Japan Geoscience Union Meeting 2015

Presentation information


Symbol S (Solid Earth Sciences) » S-CG Complex & General

[S-CG57] Structure, evolution and dynamics of mobile belts

Wed. May 27, 2015 6:15 PM - 7:30 PM Convention Hall (2F)

Convener:*Toru Takeshita(Department of Natural History Sciences, Graduate School of Science, Hokkaido University), Hiroshi Sato(Earthquake Prediction Research Center, Earthquake Research Institute, The University of Tokyo), Koichiro Obana(Research and Development Center for Earthquake and Tsunami, Japan Agency for Marine-Earth Science and Technology), Takuya NISHIMURA(Disaster Prevention Research Institute, Kyoto University), Yukitoshi Fukahata(Disaster Prevention Research Institute, Kyoto University), Aitaro Kato(Graduate School of Environmental Studies, Nagoya University), Jun Muto(Department of Earth Sciences, Tohoku University), Katsushi Sato(Division of Earth and Planetary Sciences, Graduate School of Science, Kyoto University), Shuichi Kodaira(Institute for Research on Earth Evolution Japan Agency for Marine-Earth Science and Technology), Takeshi Sagiya(Disaster Mitigation Research Center, Nagoya University), Tatsuya Ishiyama(Earthquake Research Institute, University of Tokyo), Makoto MATSUBARA(National Research Institute for Earth Science and Disaster Prevention), Yasutaka Ikeda(Department of Earth and Planetary Science, Graduate School of Science, University of Tokyo)

6:15 PM - 7:30 PM

[SCG57-P04] Compilation of thermochronologic ages of bedrocks in Japan: For understanding the deformation over geologic time

*Shigeru SUEOKA1, Takahiro TAGAMI2 (1.Japan Atomic Energy Agency, 2.Division of Earth and Planetary Sciences, Kyoto University)

Keywords:thermochronology, data compilation, deformation over geologic time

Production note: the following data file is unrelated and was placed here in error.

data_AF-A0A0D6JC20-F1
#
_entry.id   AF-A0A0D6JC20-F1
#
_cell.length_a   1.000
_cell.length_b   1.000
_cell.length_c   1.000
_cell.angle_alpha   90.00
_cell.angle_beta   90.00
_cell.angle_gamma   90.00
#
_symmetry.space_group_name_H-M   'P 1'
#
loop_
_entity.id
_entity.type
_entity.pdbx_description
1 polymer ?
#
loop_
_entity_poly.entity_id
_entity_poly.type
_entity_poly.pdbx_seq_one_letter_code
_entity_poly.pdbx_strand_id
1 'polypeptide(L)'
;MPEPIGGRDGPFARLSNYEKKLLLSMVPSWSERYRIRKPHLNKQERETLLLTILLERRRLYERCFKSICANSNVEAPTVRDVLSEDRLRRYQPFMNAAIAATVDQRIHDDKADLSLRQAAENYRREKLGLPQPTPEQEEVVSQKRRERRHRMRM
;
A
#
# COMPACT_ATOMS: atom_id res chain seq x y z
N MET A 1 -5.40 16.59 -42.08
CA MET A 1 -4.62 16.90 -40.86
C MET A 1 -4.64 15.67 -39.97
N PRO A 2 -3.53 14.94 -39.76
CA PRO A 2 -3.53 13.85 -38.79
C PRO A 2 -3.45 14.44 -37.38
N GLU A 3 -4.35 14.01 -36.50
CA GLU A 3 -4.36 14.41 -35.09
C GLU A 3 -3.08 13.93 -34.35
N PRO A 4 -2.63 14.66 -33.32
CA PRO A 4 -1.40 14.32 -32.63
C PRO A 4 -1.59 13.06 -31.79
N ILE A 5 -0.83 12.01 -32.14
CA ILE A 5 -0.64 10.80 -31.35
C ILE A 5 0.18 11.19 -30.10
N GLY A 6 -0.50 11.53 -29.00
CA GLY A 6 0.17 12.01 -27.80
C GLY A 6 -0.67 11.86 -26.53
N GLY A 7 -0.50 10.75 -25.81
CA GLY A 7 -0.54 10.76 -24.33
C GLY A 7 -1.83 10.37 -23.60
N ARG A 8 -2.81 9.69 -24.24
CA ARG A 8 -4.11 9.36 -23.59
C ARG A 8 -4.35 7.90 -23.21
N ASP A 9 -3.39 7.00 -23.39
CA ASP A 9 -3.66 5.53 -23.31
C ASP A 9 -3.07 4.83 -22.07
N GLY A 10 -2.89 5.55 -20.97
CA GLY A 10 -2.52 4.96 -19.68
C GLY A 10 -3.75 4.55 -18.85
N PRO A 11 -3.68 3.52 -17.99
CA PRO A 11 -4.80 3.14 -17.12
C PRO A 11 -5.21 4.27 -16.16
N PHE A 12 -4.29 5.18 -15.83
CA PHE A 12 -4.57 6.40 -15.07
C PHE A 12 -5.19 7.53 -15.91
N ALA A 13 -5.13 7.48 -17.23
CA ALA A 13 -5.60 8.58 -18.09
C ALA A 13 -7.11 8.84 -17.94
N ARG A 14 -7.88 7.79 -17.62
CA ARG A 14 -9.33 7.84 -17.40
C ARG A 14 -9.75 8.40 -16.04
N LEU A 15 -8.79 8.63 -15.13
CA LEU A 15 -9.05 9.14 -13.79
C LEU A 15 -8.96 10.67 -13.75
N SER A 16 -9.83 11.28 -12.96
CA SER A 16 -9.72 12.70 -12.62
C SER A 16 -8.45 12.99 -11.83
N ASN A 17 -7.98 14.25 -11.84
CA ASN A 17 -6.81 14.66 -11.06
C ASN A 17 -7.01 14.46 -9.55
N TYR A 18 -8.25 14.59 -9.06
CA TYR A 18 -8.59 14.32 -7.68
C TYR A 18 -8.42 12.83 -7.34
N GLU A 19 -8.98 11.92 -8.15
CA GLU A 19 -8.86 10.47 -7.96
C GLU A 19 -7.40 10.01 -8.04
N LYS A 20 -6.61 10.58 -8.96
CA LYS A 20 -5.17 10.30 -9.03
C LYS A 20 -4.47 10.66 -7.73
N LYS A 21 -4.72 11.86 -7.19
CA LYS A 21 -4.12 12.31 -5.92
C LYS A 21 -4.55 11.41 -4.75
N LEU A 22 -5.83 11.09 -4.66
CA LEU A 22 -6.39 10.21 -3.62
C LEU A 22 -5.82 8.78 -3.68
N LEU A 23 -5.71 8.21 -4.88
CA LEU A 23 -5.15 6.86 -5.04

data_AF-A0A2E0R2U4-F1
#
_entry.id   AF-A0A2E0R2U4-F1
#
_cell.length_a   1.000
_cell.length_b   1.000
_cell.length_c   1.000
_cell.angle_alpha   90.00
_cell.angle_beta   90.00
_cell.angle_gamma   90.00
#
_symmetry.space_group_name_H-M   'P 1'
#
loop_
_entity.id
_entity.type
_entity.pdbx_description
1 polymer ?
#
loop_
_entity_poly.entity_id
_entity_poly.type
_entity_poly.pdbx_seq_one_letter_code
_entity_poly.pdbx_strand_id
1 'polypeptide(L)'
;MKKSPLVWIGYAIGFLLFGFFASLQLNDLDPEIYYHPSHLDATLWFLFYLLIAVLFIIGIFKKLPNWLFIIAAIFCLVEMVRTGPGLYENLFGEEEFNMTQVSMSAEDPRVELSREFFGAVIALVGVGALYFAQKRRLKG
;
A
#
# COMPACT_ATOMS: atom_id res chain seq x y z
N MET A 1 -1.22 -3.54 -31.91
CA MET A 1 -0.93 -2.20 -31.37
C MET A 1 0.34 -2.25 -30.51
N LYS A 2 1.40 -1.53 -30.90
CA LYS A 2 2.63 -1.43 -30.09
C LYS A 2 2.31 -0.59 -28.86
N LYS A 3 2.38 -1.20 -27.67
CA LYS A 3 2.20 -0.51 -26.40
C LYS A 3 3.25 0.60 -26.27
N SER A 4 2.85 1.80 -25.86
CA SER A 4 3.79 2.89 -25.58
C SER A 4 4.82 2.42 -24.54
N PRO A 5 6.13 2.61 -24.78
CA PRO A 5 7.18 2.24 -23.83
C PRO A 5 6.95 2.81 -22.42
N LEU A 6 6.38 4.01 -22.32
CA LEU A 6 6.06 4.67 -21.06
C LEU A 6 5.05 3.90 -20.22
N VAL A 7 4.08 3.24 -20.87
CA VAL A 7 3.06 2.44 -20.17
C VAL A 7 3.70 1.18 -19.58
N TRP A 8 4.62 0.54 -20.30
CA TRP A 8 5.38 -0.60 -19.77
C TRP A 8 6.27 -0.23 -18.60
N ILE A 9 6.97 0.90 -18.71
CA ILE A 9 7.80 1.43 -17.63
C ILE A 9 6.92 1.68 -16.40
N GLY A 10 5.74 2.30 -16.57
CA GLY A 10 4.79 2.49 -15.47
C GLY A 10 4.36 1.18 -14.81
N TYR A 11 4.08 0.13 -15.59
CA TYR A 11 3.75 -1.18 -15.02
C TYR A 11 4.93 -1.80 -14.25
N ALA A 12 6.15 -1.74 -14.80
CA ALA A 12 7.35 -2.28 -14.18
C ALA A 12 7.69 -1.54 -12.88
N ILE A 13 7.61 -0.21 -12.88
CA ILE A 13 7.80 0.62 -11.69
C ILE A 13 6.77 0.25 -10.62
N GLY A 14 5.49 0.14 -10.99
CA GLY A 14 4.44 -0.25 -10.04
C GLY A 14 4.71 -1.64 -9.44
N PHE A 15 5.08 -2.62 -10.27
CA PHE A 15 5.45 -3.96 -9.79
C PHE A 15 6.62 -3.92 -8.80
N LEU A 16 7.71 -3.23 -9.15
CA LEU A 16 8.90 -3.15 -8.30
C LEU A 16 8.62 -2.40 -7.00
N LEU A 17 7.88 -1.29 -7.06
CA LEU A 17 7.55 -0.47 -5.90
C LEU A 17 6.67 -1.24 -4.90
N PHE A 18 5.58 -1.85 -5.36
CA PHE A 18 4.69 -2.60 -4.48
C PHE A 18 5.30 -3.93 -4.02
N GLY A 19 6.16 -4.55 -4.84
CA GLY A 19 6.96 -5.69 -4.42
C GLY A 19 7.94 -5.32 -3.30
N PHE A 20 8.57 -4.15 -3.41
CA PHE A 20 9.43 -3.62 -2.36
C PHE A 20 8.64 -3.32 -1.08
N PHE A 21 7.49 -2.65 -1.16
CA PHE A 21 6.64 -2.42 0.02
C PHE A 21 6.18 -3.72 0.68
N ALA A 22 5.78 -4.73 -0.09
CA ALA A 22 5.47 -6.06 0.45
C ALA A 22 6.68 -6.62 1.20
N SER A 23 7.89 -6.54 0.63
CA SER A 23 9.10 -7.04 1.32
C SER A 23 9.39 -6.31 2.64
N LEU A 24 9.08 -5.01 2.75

For understanding of the relationships between stress and strain and separation of elastic and inelastic deformations in the crust of the Japanese Islands, comparison and investigation of deformations over various time scales are significant (e.g., Ikeda et al., 2012; Nishimura, 2014). The authors are attempting to estimate vertical strain rate of the NE Japan Arc over geologic time by using low-temperature thermochronology, as a part of “Crustal dynamics ― Unified understanding of intra-island deformation after the great Tohoku-oki earthquake ― ”. Although vertical deformation in the NE Japan Arc over the geologic time has been investigated in the plains and coastal areas on the basis of the relative heights and formation ages of the marine and fluvial terraces (e.g., Koike & Machida, 2001; Tajikara & Ikeda, 2005; Matsu’ura et al., 2008, 2009), few quantitative data is available in the mountainous regions where higher uplift rates are possible. As the preliminary step toward thermochronometric studies in the mountainous regions in the NE Japan Arc, we compiled previous thermochronometric ages over the Japanese Islands to review previous thermochronometric data in the NE Japan Arc and to understand vertical deformation of the Japanese Islands over the Japanese Islands. We are compiling mainly about fission-track (FT) ages regarding the items, such as author(s) and year of publication, journal, study area, lithology, sample code, latitude, longitude, altitude, apatite FT age and error, zircon FT ages and error. At present, we have compiled >350 apatite FT ages and >600 zircon FT ages from >70 articles including unpublished data. The result of the compilation suggests: 1) still more data have been reported in the SW Japan Arc than in the NE Japan Arc, 2) in the Kitakami and Abukuma regions, pacific coasts of the NE Japan, apatite FT and zircon FT ages of late Cretaceous were reported (Goto, 2001; Ohtani et al., 2004), indicating total denudation since that era is less than 2-3 km, and 3) in the Iide and Echigo mountains along the Japanese Sea coast of the NE Japan, a few apatite FT ages younger than the end of Neogene were obtained (Goto, 2001; Sueoka unpublished data), implying recent rapid uplift and denudation. By following the compilation results, we are planning to apply thermochronometric methods, e.g., FT analyses and (U-Th)/He dating, to the mountainous regions in the NE Japan Arc, especially in the areas where young ages were reported or no age was obtained.